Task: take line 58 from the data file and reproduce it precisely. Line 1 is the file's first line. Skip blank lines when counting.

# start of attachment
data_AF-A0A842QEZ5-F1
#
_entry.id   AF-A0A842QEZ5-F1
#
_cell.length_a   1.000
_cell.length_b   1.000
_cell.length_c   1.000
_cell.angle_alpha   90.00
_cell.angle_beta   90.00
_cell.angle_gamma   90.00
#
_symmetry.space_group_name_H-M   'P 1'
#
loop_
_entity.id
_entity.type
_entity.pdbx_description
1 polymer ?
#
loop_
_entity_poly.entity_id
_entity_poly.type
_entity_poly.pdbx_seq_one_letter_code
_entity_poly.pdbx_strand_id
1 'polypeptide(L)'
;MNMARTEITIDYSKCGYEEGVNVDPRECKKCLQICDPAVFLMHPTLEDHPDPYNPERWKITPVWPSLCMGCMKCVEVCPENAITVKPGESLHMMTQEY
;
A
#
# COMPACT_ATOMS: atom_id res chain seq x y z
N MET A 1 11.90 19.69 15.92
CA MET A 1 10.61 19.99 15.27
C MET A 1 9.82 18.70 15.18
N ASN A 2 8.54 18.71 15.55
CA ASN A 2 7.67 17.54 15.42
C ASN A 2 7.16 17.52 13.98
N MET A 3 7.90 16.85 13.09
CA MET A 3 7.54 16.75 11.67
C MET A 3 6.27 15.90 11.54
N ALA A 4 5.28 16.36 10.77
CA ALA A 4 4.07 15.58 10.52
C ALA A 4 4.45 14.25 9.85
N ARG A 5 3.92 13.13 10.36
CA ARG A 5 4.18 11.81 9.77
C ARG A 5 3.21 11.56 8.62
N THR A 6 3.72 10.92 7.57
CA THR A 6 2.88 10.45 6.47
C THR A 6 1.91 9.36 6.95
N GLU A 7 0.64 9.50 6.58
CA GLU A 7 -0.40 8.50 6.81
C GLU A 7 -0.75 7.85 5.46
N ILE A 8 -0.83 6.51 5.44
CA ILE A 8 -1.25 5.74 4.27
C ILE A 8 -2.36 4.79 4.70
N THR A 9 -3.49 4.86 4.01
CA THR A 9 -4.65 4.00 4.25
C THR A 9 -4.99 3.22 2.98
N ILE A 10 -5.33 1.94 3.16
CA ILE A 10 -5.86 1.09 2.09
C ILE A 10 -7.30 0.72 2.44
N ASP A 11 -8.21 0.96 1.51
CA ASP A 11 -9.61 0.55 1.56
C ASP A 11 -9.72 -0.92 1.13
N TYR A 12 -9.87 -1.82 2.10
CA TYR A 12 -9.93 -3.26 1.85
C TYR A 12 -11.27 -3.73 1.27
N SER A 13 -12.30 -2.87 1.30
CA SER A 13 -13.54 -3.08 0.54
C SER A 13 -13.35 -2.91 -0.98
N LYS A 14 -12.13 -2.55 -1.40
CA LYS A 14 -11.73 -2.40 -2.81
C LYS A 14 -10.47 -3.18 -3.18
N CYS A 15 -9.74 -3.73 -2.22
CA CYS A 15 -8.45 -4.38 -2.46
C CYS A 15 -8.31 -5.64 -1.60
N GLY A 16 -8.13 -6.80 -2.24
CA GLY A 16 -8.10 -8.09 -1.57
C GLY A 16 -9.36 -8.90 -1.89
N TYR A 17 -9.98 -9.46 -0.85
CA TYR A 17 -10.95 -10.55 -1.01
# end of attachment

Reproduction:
N ILE A 10 -5.33 1.94 3.16